Crucially, Mr Barca also had the freedom of choice to decline work, was not required to commit to minimum work levels and was allowed to delegate work, which supported the argument that the relationship was that of an independent contractor.

  1. Provision and maintenance of equipment

EVS did provide Mr Barca with the Van which could not be used for any other business. The provision of the Van, which is essential to the provision of the ERA services, does suggest that Mr Barca is engaged in the business of EVS rather than on his own account. Certainly, it is difficult to see how an ERA business could be conducted without the Van.

Mr Barca provided, and was responsible for, his other tools of trade. He was also responsible for the maintenance and upkeep of the Van provided by EVS.

The provision of the Van was an important factor in favour of a conclusion of an employment relationship. It is tempered, to an extent, by the fact that Mr Barca was required to keep it operational and provide other tools and equipment.

  1. Remuneration

The Court found that the frequency and form of payment was also a factor that is relatively neutral and was of a kind that might commonly be seen in both contracts of employment and contracts for services. Certainly, the absence of a fixed wage and the risk borne by Mr Barca as to the volume of work are factors that pointed away from an employment relationship.

Mr Barca was paid at “an agreed job rate for each completed job” through the provision of an invoice to EVS. He also did not receive did not receive typical employee benefits such as annual leave and sick leave.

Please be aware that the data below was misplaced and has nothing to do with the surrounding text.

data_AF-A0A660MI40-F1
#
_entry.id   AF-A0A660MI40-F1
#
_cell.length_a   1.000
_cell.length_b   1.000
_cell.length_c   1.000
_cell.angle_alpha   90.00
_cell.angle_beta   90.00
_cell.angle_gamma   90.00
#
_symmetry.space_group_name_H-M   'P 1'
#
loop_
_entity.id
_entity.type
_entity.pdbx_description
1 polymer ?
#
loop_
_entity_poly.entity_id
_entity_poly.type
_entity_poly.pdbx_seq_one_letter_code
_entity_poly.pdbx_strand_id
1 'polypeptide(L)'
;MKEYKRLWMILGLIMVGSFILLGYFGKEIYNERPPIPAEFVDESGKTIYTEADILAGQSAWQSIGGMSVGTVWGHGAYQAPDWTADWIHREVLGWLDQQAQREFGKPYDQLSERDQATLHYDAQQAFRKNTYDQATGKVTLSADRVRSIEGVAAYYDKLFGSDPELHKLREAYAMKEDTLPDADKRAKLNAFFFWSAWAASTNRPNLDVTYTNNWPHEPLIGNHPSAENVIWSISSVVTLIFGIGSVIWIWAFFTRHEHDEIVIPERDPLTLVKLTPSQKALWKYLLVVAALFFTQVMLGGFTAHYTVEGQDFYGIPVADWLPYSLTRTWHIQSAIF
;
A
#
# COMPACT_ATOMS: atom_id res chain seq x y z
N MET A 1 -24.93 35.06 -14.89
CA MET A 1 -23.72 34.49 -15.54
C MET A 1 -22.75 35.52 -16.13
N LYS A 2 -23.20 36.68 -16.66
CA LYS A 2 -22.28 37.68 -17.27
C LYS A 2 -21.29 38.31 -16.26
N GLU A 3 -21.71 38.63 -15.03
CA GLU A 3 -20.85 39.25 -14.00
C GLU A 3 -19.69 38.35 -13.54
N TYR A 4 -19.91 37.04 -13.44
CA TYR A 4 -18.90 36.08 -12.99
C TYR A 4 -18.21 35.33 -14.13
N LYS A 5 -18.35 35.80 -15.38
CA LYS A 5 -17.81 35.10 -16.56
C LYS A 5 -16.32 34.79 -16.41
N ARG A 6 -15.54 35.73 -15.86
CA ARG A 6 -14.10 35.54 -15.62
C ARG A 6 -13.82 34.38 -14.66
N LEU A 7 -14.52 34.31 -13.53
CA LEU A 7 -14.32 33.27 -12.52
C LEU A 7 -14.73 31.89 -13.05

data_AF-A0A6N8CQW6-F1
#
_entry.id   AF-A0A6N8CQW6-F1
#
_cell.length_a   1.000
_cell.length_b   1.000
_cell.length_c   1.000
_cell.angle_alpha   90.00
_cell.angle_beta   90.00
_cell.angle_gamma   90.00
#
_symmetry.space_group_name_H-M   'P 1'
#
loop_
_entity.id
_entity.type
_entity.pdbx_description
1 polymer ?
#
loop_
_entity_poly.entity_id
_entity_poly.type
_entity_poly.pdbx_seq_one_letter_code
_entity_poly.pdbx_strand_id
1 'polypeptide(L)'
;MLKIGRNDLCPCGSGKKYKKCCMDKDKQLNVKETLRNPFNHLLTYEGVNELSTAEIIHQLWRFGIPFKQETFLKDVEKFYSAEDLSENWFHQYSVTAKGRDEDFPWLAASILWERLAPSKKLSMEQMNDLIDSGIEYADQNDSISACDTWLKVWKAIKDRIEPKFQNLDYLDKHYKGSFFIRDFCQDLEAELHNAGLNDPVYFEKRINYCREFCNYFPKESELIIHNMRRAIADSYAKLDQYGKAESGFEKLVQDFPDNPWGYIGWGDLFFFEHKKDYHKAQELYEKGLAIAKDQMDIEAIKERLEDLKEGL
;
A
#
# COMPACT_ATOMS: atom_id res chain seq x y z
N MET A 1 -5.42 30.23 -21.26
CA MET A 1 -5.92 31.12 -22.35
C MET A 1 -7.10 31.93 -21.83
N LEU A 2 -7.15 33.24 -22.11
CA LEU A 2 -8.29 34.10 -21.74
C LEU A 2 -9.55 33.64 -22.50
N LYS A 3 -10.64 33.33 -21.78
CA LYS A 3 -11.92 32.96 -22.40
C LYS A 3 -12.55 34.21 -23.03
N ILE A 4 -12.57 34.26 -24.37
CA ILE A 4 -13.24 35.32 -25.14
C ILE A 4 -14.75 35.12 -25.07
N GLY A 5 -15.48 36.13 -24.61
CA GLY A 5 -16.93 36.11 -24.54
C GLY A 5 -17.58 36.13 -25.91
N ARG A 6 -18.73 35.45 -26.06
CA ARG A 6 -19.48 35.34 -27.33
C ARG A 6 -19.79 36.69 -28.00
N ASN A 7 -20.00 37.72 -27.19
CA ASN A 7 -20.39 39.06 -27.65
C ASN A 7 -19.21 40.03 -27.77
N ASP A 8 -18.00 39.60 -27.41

1. Tax arrangements

The taxation arrangements was also held to be relevant and of some weight in determining the relationship as it detracted from an employment relationship.

The evidence showed that Mr Barca treated the EVS income as business income in a personal services business. Correspondingly, EVS did not withhold tax from the payments it made to Mr Barca. Mr Barca’s tax returns show that he claimed deductions against the EVS income.

  1. Intention of Parties

The written contractual agreement between Mr Barca and EVS (“the Agreement”) also contained an express clause stating that he was a contractor of EVS.

It is important to note that when the competing indicia for employee/independent contractor are reasonably evenly balanced, as they are in this case, the parties’ own genuine understanding of their relationship will usually be very instructive.

Whilst this alone is not determinative of the true employment relationship, it was found that the agreement was longstanding, and the label of ‘contractor’ seemed to fit more harmoniously with the Agreement as a whole and was not simply a self-serving label.

The takeaway for employers

This decision provides insight into the relevant common law tests that are considered in the context of a multiparty arrangement in order to classify an employee as a workers employment relationship or one of independent contractor.

If you have any further questions regarding whether to classify workers as independent contractors or employees in the context of multiparty arrangements (or generally) please do not hesitate to contact Nick Stevens, Jane Murray or Bernard Cheng.